How to “Grey Rock” a Narcissist

How to “Grey Rock” a Narcissist

How to Grey Rock a Narcissist

This is a new term for me, and maybe for you too. I’m sharing it because not only is the term apt, the practice of it is important. I know some people right now in serious need of doing this.

First, please note that it is unlike another modern term, “ghosting,” which is when you were participating in a perfectly healthy relationship, and the other for some reason just stops being in touch. This is not appropriate. Instead of ghosting, you should be considerate, and have the uncomfortable, but necessary conversation about the fact that you are moving on.

Grey rocking is very different than blowing someone off without an explanation. It is totally a necessary technique to utilize for self preservation in cases where you are dealing with a narcissist, energy vampires, or other toxic people. Fortunately, I have none of those in my life right now, but we probably all know people who do. It is all too common.

People who feast on drama consider any response a win, even if it is sarcastic, mocking, frustrated, angry, screaming or tearful. Every one of your reactions feeds their energy, and they’ll keep returning for more. It is exhausting, and serves them, but definitely not you. So in order to break that cycle, try “grey rocking,” which is to make yourself so disengaged and uninteresting, they lose out by being unable to provoke you.

Try providing no response at all. Don’t pick up the phone. Don’t even text back. After all, a response is not always required.

If you feel you must respond, offer non-committal one word answers, like “huh,” or “interesting.” But say those things without any inflection, completely flat, without a tone. Any kind of tone, good or bad, fuels these people. Avoid sharing anything emotional. Find the most bland, boring words, like saying you are (or something is) “fine.” Keep conversations as short as possible, and maybe only written, where it is easier to have no tone.

Be direct and practical without getting involved or sucked in. Just dispassionately give the facts, and only if necessary. Don’t offer anything extra. Stick to the barest minimum of what is relevant. Even if they are behaving temporarily better, don’t offer them anything more than the barest, most banal, most lackluster, most efficient, and rare responses.

Also, don’t cave if grey rocking temporarily escalates their behavior. It is not surprising they would panic when a major source of energy that they are used to feasting on dries up. Stay objective and take care of your own energy, for your own purposes, instead of giving it away to someone unworthy, noxious, and self absorbed.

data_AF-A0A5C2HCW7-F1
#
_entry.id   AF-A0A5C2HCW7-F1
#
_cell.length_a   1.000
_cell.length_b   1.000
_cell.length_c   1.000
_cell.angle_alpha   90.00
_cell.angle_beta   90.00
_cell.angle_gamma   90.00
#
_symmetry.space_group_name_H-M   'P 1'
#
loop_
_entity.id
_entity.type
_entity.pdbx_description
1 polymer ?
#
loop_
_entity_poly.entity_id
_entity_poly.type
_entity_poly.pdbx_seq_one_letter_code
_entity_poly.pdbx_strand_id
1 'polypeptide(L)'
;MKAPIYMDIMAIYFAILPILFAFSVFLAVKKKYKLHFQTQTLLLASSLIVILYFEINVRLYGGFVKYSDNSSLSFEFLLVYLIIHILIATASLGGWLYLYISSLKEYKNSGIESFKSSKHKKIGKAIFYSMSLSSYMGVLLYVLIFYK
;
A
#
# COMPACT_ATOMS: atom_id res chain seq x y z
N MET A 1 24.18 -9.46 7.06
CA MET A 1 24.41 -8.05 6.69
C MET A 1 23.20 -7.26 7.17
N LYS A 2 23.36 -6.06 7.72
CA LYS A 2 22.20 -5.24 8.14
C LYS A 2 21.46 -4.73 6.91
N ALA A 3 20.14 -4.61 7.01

Self-preservation is unapologetically a good thing. Save your energy for your own delights and only offer it to people who truly care about you and kindly support you.

“Grey rock” is a new term that is similar to an old term, “stonewalling,” which means to resist intentionally. The term grey rocking may stem from the durability, dispassionateness, and longevity of a simple grey rock, but I also like to think of how strong it is to build foundations with! Fortresses and walls are built with them, but so are beautiful, gracious mansions.

Prioritize being safe, being strong, and building toward a happy future. Grey rock those that have proved they are too self-focused or toxic to deserve to be in relationship with you. You are not responsible for them. You are responsible for your own thriving.

If you know someone who needs this blog post, please forward it to them. I know who I’ll send it to.

I work to amplify good wherever I find it. I love color, texture, beauty, great ideas, nature, metaphor, deliciousness, genuine spirituality, and exploring new territory. I encourage authenticity, nurture creativity, champion sustainability, promote peace, and hope to foster a new renaissance where we all are free to be our most fulfilled, multifaceted, and terrific selves. Read more here.


  1. John gregory 3 years ago

    It is always refreshing to know others go through the same or similar experiences as I. Why do I continue to think I am so terminally unique!

    Thanks for your sharing!

  2. Susan 3 years ago

    This is relevant and an excellent way for me to look at some situations I have been in recently.
    Thank you Polly.
    I will continue to benefit…

  3. Gretchen D 3 years ago

    This is wonderful! Very inspiring and helpful to those if us who often feel “steamrolled!” Thank you Polly!

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